Japan lawmakers deliberating regulations on the country’s forthcoming liberalization of commercial gaming reportedly came to terms this week on the number of entrances residents will be permitted each month.

Japan casino IR entrance fee

Japan residents won’t be able to walk into a casino in their home country as often as they might like. (Image: Yuriko Nakao/Getty)

According to sources talking with The Japan Times, the two ruling parties will limit the number of times a local can enter a casino to three times per week, or 10 times during the course of a month.

The Liberal Democratic Party (LDP) and its Diet partner Komeito support the resident frequency restrictions in hopes of preventing increases of problem gambling that the integrated resorts (IR) might produce. The two political groups control the National Diet with a combined 150 of the 252 House of Councilors seats, and 312 of the House of Representatives’ 465.

Prime Minister Shinzo Abe directed his LDP to grow tourism through the authorization of at least two integrated casino resorts. The legislature passed its shell IR bill in December of 2016, and has been writing its more in-depth regulatory measure since.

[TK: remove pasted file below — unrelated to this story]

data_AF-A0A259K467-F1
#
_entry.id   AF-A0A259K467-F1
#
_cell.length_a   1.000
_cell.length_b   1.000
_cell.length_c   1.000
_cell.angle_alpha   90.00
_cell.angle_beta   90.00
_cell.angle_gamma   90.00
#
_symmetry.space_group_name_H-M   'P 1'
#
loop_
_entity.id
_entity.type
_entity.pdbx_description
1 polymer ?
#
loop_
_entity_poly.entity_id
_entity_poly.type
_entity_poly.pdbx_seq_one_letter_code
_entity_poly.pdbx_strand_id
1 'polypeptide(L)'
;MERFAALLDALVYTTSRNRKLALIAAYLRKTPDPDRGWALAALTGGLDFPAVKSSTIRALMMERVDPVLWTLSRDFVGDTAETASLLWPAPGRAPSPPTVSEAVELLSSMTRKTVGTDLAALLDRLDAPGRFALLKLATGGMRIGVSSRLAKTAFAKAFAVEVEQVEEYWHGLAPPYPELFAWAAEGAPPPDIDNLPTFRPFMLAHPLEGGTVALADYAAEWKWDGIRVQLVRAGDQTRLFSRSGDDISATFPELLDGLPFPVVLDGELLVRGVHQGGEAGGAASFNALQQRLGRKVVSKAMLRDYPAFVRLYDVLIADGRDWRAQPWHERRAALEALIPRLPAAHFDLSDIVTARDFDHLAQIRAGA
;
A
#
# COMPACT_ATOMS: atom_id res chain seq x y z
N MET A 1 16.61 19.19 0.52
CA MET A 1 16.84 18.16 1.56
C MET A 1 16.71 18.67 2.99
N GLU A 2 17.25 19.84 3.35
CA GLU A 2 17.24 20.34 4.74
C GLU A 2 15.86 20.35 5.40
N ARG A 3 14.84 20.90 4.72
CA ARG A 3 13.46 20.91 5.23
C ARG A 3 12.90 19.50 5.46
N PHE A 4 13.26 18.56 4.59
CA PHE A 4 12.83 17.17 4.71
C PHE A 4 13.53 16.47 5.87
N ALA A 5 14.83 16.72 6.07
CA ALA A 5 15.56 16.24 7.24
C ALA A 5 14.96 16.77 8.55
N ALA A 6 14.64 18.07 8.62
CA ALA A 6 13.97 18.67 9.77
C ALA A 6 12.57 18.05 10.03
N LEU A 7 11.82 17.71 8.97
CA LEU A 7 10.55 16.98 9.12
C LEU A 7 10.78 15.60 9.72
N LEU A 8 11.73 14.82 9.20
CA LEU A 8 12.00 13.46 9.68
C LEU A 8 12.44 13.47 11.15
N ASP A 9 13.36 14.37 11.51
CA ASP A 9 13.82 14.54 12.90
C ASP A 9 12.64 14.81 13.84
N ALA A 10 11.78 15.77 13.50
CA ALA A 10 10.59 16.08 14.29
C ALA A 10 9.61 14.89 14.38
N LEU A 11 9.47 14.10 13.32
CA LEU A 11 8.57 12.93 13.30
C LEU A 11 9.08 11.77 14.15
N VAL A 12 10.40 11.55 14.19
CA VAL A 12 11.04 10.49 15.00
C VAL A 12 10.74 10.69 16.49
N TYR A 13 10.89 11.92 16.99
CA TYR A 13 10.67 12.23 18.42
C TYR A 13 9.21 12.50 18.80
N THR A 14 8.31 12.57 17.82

Parties at Odds

The Diet’s current session runs through June 20, meaning the clock is ticking for lawmakers to finish the casino bill. There’s still many important details to be decided.

While the LDP and Komeito found common ground on the number of visits a Japanese citizen or resident can make in a given week and month, they remain opposed on numerous other issues.

As for resident entrances, a fee is also going to be imposed, and the two controlling parties differ on what that cost should be. The LDP suggests ¥5,000 ($47) per visit, but the Komeito wants it higher at ¥8,000 ($76).

The entrance fees are seen as an additional safeguard in making sure those who can’t afford to gamble are kept out.

A more pressing decision facing the Diet is the total number of casino resorts. The LDP is calling for at least four, perhaps five. Komeito favors a maximum of two or three.

The Diet will also need to finalize size restrictions for the casino floor, and what tax rate will be imposed on revenue. The legislature will additionally need to lay out the bidding process for the coveted gaming licenses.

Komeito Power

Japan’s IR regulator law was expected last December, but was delayed after Abe decided to hold a snap election. The decision paid off, as his LDP gained power in the National Diet.

But despite Komeito occupying just 25 Councilors and 29 Representatives seats, the coalition party to the LDP has considerable power.

There’s plenty of opposition to legalizing casinos in Japan. A 2017 poll found that just one in three citizens supports allowing commercial gambling venues into the country.

For a bill to be passed in the Land of the Rising Sun, the measure must receive majority approval in both legislative chambers. A party-line vote would give the LDP enough sway to move the statute out of the House of Representatives, but in the House of Councilors, the upper chamber, the LDP will need Komeito members to come aboard.